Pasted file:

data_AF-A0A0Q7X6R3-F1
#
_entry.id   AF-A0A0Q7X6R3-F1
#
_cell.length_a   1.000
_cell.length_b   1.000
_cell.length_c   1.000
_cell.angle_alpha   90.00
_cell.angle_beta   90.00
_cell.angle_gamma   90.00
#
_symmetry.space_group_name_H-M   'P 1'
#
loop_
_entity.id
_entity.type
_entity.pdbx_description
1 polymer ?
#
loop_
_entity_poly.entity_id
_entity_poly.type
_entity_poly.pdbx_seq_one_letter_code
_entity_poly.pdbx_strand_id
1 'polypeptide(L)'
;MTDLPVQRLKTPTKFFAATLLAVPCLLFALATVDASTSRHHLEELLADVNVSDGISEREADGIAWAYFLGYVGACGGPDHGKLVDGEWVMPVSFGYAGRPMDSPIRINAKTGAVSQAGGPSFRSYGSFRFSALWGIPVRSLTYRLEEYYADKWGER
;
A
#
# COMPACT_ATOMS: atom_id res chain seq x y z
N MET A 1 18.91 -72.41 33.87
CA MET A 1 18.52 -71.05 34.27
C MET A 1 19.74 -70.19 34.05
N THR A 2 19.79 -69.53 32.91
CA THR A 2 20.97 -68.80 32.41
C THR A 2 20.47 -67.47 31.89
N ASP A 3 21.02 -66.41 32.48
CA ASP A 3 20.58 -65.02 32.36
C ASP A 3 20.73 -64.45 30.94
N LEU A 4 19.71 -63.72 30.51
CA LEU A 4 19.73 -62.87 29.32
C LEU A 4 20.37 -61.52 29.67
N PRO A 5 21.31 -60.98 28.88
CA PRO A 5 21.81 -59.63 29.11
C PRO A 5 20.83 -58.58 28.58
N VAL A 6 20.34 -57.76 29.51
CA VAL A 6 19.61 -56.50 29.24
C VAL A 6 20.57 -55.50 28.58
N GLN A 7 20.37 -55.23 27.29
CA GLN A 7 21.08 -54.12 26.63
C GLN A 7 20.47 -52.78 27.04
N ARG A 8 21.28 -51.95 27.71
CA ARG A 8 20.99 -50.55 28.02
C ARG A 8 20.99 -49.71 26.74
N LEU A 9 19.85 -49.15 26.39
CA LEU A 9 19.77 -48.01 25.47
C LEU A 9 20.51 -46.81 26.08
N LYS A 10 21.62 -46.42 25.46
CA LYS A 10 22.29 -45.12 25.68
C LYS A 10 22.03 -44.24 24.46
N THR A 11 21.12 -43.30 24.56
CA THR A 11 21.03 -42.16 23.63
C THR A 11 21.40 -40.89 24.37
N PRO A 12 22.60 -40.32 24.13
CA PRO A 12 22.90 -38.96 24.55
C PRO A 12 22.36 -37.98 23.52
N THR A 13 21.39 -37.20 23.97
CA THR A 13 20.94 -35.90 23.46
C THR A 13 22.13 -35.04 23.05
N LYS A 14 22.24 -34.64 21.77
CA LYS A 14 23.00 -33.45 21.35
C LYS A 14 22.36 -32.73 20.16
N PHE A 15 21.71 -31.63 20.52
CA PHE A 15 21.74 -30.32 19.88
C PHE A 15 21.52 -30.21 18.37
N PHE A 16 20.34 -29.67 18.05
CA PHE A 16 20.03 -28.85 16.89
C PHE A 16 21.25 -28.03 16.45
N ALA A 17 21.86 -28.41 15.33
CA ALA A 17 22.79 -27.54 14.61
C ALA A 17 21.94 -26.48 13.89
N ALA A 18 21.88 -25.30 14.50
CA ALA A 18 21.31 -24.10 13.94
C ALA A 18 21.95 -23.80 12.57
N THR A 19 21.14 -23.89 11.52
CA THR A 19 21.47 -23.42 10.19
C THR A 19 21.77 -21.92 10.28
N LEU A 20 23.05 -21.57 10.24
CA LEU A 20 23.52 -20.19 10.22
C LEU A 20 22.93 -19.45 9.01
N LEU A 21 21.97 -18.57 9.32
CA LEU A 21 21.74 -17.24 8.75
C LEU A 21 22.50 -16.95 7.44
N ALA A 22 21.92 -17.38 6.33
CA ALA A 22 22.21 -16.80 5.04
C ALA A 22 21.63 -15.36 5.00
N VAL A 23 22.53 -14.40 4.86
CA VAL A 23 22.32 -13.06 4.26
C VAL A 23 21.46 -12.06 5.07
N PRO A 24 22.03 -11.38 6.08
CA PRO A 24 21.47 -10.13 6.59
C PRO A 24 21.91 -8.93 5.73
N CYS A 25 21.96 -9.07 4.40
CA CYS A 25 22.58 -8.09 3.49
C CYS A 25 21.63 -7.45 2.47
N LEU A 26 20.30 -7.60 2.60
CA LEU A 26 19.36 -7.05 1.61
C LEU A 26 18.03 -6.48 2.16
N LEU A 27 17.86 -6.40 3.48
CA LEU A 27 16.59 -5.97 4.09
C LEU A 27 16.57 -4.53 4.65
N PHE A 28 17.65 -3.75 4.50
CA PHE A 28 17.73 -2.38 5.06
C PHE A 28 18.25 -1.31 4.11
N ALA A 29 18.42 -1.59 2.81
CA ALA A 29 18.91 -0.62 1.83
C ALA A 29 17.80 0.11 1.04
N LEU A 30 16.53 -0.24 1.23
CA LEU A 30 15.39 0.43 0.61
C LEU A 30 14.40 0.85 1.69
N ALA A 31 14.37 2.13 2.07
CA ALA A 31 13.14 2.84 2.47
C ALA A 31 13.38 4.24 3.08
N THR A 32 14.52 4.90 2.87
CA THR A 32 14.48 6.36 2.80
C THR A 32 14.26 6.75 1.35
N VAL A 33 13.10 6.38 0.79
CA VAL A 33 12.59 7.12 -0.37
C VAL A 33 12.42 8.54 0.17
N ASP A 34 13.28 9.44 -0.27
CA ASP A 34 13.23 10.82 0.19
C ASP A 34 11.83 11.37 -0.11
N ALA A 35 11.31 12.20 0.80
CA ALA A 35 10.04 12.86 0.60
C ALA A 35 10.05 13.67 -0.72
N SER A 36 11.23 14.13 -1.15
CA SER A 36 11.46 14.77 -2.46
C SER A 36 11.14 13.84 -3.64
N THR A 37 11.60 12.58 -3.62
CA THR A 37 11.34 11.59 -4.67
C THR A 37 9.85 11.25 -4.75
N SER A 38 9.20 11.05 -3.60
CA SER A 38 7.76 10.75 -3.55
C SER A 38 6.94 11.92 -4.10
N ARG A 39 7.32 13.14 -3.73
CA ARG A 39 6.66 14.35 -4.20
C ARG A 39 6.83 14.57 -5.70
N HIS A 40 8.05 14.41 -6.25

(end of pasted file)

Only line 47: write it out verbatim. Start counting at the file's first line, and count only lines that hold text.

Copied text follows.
CA VAL A 6 19.61 -56.50 29.24